While they are currently affected by quarantine, the safe-mode period should also be a glorious time for food delivery platforms (Just Eat, Uber Eats, Deliveroo, etc.) with growth in both demand and supply — a large number of restaurants have been onboarded during quarantine. Some actors are even starting to deliver more than just food. This is the case of Meituan, the Chinese delivery giant, which delivers more than 10,000 products in addition to food, such as Huawei phones or even Sephora cosmetics. However, one may wonder whether food delivery platforms will start delivering parcels in Europe, given how the cost of European labour would significantly increase delivery prices.
In the long-haul segment, the plummeting of oil prices (oil prices were actually negative the second half of April) will probably revive road freight with very aggressive or even dumping strategies. Given the huge volumes of oil in storage, prices are likely to remain low for several months: rail freight may not be able to retain its new loaders onboarded during the quarantine.
2.2. Integrated players will get an edge
As JD.com proved during the quarantine phase, being more integrated ensures fewer operational failures. E-commerce enablers will be seen expanding horizontally or establishing new partnerships to provide a more integrated offering to the end customers. “We are currently talking with large e-commerce players such as Shopify, Magento and Prestashop — who also want to cover last-mile delivery “, Nicolas from Stuart.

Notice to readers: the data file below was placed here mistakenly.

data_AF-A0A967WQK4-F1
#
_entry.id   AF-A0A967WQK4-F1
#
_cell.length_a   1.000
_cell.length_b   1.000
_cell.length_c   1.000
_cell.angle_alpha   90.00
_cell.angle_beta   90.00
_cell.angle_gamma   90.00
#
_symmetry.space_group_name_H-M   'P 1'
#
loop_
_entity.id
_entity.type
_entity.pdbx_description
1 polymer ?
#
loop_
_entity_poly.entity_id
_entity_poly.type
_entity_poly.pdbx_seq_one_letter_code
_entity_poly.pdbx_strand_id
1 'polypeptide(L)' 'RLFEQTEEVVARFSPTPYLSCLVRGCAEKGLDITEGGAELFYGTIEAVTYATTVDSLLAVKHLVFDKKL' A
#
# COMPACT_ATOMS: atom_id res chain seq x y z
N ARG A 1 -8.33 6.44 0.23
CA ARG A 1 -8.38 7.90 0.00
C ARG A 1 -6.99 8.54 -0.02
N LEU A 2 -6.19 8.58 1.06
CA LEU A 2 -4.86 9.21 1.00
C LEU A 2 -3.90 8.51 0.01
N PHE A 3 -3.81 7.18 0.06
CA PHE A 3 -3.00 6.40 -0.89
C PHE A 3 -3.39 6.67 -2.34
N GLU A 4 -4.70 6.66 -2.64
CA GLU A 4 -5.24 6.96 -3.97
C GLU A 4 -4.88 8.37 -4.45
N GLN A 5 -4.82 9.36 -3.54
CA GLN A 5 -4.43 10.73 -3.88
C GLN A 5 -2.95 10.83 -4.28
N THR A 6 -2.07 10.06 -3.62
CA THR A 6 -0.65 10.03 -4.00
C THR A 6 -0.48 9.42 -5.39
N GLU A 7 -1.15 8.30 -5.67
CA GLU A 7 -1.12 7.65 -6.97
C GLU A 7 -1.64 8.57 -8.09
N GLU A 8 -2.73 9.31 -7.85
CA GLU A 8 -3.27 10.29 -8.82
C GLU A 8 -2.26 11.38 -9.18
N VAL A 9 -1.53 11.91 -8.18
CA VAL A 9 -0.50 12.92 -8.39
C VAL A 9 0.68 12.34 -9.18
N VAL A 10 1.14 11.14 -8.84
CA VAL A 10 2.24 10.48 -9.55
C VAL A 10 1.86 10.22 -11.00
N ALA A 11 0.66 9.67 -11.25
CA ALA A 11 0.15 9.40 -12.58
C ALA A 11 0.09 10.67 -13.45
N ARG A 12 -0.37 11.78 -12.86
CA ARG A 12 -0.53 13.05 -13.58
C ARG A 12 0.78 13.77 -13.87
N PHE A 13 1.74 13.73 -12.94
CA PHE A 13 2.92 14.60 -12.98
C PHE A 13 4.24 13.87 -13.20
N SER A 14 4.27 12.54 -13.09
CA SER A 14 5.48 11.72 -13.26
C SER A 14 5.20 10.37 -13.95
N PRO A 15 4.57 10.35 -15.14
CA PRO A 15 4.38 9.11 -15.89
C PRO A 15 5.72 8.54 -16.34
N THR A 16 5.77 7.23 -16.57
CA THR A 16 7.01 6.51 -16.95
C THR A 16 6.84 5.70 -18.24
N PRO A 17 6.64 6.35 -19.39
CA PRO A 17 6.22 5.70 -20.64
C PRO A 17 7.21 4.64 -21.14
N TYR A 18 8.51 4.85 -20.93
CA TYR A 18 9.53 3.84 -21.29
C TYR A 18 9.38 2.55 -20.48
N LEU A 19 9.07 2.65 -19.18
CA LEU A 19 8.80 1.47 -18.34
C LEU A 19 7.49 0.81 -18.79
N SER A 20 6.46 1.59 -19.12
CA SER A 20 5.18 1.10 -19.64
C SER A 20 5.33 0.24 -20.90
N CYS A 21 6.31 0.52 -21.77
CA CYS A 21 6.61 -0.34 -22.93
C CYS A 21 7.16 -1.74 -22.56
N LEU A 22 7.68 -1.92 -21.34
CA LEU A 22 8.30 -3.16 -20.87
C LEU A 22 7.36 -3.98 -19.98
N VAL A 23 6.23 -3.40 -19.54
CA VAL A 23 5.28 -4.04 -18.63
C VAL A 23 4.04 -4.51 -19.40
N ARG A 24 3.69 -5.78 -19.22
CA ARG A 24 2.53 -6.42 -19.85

Companies enhancing end-to-end visibility and transparency will also be flourishing. Byrd, for example, brings together fulfillment and delivery partners on one platform to provide a single logistics partner to retailers. “Over the last few weeks, we’ve seen a surge in entering leads, and for the first time requests from physical shops who now also want to go online and have even lesser capabilities to do the fulfillment in-house” shared Alexander, CEO of Byrd.
Public authorities have a role to play in the emergence of these alternative supply chains, allowing small retailers to remain independent of giant marketplaces. In France, Ma Ville Mon Shopping offers a viable alternative to Amazon for local shops, both in terms of marketplace and delivery service (operated by Stuart). The Loire-Atlantique Chamber of Commerce and Industry even deployed the solution free of charge in Nantes during quarantine.
2.3. A time of opportunity for warehouse automation solutions, but not for AVs all around
Given that volumes are not expected to decrease after quarantine and that managers will not be able to increase the density of workers within the warehouses, it is likely that there will be a wave of warehouse automation. Vincent, from iFollow, told us that they were currently working with a major parcel company operating in France to equip one of their hubs with robots by June. “They needed a short-term solution to keep their operations running with fewer people on site without having to freeze their entire supply chain.”